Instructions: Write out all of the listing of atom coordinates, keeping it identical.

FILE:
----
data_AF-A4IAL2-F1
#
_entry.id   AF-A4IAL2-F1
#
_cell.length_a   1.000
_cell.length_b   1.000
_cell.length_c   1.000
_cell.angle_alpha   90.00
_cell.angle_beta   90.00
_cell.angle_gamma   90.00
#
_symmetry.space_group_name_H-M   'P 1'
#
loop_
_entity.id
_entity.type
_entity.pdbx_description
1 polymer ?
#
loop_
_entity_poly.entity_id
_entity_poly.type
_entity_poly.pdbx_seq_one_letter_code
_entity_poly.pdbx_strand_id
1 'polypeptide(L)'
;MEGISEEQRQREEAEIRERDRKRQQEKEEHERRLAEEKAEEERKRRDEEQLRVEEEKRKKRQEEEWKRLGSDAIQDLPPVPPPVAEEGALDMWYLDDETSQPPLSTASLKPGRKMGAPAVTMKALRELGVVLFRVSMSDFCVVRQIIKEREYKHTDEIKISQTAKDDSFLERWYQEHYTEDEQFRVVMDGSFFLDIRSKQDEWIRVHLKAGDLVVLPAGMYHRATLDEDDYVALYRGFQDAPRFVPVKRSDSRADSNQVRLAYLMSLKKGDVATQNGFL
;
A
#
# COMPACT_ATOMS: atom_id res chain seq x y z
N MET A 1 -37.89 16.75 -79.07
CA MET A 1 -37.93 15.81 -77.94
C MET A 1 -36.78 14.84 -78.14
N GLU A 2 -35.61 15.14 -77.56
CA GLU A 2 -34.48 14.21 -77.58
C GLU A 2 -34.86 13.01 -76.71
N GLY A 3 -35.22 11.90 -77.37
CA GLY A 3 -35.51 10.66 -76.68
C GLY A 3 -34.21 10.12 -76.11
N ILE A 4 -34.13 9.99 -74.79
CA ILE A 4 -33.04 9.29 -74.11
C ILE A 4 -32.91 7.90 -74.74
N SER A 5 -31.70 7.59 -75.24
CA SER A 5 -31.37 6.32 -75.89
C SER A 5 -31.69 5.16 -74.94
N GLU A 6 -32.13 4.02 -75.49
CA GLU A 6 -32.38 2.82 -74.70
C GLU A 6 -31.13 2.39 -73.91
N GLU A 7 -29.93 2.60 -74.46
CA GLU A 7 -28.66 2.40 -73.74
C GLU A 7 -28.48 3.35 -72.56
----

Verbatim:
data_AF-A4IAL2-F1
#
_entry.id   AF-A4IAL2-F1
#
_cell.length_a   1.000
_cell.length_b   1.000
_cell.length_c   1.000
_cell.angle_alpha   90.00
_cell.angle_beta   90.00
_cell.angle_gamma   90.00
#
_symmetry.space_group_name_H-M   'P 1'
#
loop_
_entity.id
_entity.type
_entity.pdbx_description
1 polymer ?
#
loop_
_entity_poly.entity_id
_entity_poly.type
_entity_poly.pdbx_seq_one_letter_code
_entity_poly.pdbx_strand_id
1 'polypeptide(L)'
;MEGISEEQRQREEAEIRERDRKRQQEKEEHERRLAEEKAEEERKRRDEEQLRVEEEKRKKRQEEEWKRLGSDAIQDLPPVPPPVAEEGALDMWYLDDETSQPPLSTASLKPGRKMGAPAVTMKALRELGVVLFRVSMSDFCVVRQIIKEREYKHTDEIKISQTAKDDSFLERWYQEHYTEDEQFRVVMDGSFFLDIRSKQDEWIRVHLKAGDLVVLPAGMYHRATLDEDDYVALYRGFQDAPRFVPVKRSDSRADSNQVRLAYLMSLKKGDVATQNGFL
;
A
#
# COMPACT_ATOMS: atom_id res chain seq x y z
N MET A 1 -37.89 16.75 -79.07
CA MET A 1 -37.93 15.81 -77.94
C MET A 1 -36.78 14.84 -78.14
N GLU A 2 -35.61 15.14 -77.56
CA GLU A 2 -34.48 14.21 -77.58
C GLU A 2 -34.86 13.01 -76.71
N GLY A 3 -35.22 11.90 -77.37
CA GLY A 3 -35.51 10.66 -76.68
C GLY A 3 -34.21 10.12 -76.11
N ILE A 4 -34.13 9.99 -74.79
CA ILE A 4 -33.04 9.29 -74.11
C ILE A 4 -32.91 7.90 -74.74
N SER A 5 -31.70 7.59 -75.24
CA SER A 5 -31.37 6.32 -75.89
C SER A 5 -31.69 5.16 -74.94
N GLU A 6 -32.13 4.02 -75.49
CA GLU A 6 -32.38 2.82 -74.70
C GLU A 6 -31.13 2.39 -73.91
N GLU A 7 -29.93 2.60 -74.46
CA GLU A 7 -28.66 2.40 -73.74
C GLU A 7 -28.48 3.35 -72.56